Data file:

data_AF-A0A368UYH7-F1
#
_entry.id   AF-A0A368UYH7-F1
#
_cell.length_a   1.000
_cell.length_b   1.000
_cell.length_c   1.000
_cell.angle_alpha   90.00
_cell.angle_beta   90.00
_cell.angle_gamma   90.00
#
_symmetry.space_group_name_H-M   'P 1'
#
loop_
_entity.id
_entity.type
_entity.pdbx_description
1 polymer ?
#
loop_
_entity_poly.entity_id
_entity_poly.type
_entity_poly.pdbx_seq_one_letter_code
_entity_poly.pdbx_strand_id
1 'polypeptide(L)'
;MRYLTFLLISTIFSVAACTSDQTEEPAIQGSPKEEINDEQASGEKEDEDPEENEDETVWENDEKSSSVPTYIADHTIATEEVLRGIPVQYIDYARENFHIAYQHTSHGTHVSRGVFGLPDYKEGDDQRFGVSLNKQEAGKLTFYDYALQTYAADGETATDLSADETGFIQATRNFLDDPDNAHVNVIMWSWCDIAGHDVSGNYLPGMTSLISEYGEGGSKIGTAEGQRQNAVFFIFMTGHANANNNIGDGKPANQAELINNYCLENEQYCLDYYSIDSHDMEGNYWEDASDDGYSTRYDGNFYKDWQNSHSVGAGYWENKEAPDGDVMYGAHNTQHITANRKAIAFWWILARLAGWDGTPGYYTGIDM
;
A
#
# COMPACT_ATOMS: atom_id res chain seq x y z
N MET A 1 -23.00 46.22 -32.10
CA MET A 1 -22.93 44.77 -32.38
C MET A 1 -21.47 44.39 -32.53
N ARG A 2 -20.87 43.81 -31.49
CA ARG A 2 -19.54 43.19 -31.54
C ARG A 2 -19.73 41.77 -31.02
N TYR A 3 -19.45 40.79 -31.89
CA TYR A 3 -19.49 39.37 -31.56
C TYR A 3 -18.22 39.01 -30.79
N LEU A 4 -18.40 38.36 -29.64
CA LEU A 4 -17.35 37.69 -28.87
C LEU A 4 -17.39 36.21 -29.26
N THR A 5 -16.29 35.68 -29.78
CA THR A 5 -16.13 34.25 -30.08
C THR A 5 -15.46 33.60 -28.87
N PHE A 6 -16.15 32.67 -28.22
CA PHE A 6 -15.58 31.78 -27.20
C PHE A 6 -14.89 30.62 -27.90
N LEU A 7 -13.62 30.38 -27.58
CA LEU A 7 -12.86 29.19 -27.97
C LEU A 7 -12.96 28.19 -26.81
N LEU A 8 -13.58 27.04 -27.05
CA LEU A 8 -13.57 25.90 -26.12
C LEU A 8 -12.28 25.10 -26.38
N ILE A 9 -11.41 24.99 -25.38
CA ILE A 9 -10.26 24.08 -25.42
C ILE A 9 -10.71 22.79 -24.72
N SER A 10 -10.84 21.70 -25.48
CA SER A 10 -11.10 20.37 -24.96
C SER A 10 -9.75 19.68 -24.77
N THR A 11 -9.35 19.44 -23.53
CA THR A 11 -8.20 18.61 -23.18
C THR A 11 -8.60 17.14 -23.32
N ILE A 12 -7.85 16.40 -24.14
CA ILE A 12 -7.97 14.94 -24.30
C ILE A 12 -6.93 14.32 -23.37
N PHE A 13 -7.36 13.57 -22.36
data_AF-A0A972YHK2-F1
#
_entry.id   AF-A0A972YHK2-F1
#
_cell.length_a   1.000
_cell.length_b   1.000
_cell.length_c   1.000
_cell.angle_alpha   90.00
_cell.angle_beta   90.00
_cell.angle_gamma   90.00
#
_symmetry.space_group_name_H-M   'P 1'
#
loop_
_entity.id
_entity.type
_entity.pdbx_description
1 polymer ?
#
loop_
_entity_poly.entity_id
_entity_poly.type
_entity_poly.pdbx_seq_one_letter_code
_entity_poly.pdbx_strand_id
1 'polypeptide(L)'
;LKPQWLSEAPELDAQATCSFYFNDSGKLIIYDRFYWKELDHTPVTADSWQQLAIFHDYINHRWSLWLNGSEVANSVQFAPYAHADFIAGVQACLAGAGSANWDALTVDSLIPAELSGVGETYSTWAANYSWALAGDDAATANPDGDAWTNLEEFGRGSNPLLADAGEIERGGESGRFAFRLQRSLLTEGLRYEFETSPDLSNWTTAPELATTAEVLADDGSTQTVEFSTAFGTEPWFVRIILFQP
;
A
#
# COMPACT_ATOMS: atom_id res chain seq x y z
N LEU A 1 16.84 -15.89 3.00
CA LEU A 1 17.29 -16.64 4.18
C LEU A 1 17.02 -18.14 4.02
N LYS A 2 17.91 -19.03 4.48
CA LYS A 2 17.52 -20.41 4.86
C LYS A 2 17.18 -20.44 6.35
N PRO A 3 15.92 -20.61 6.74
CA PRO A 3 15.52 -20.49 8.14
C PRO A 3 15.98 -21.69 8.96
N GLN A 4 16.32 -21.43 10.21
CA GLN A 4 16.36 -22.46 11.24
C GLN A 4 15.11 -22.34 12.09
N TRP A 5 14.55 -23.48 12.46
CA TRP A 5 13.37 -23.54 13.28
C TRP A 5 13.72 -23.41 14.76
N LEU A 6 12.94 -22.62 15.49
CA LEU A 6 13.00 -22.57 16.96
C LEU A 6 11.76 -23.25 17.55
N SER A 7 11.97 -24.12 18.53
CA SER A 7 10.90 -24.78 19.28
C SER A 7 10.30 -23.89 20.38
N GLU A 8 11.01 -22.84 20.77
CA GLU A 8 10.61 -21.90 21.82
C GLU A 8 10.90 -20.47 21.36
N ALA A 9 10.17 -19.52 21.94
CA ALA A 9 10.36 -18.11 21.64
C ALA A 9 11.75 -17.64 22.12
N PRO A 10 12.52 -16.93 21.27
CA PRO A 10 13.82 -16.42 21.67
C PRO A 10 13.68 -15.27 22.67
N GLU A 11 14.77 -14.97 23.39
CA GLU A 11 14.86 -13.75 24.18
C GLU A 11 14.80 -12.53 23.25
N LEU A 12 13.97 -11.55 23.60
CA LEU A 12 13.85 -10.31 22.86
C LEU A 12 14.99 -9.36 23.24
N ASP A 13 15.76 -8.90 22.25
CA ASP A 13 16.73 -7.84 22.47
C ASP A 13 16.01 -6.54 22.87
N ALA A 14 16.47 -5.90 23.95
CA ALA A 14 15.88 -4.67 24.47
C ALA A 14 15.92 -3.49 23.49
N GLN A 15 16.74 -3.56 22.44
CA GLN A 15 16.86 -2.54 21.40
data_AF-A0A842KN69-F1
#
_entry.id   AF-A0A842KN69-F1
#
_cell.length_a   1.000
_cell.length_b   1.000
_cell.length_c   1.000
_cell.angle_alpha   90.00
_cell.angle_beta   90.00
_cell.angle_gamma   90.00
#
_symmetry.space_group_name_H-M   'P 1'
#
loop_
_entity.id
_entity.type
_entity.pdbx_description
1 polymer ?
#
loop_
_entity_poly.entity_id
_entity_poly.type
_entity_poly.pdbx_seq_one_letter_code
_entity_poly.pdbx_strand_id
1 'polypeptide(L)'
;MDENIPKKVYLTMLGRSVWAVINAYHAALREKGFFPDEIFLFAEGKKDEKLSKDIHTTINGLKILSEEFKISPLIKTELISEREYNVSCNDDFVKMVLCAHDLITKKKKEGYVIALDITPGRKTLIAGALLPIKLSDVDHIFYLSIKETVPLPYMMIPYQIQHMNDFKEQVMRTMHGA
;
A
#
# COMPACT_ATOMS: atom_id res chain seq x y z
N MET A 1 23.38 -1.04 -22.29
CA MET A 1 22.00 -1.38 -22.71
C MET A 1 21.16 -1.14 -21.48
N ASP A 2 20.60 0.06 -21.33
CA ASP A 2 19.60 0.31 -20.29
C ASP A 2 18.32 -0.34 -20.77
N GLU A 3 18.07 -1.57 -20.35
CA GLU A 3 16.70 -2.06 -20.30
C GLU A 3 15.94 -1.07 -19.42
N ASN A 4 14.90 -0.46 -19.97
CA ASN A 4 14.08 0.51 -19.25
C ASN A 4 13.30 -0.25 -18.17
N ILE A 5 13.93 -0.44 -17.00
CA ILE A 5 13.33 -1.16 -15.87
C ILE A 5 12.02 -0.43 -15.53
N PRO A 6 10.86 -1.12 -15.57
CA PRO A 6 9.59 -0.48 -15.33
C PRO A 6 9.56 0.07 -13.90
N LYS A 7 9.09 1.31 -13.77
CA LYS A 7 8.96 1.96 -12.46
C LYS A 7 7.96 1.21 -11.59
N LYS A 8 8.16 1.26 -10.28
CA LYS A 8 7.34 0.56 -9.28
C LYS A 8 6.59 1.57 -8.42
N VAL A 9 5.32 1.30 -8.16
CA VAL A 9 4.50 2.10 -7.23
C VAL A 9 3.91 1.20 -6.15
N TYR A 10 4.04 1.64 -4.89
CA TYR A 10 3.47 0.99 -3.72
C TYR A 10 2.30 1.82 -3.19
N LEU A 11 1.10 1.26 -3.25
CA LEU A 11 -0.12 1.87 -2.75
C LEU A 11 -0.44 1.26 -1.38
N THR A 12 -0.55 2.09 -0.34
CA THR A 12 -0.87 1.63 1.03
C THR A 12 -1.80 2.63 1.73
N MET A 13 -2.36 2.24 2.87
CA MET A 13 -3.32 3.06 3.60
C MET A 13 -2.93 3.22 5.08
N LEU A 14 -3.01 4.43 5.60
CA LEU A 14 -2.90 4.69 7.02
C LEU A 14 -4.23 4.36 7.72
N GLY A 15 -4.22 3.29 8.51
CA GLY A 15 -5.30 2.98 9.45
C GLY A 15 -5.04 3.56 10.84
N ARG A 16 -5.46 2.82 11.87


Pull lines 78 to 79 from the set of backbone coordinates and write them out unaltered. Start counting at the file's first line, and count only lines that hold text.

#
_symmetry.space_group_name_H-M   'P 1'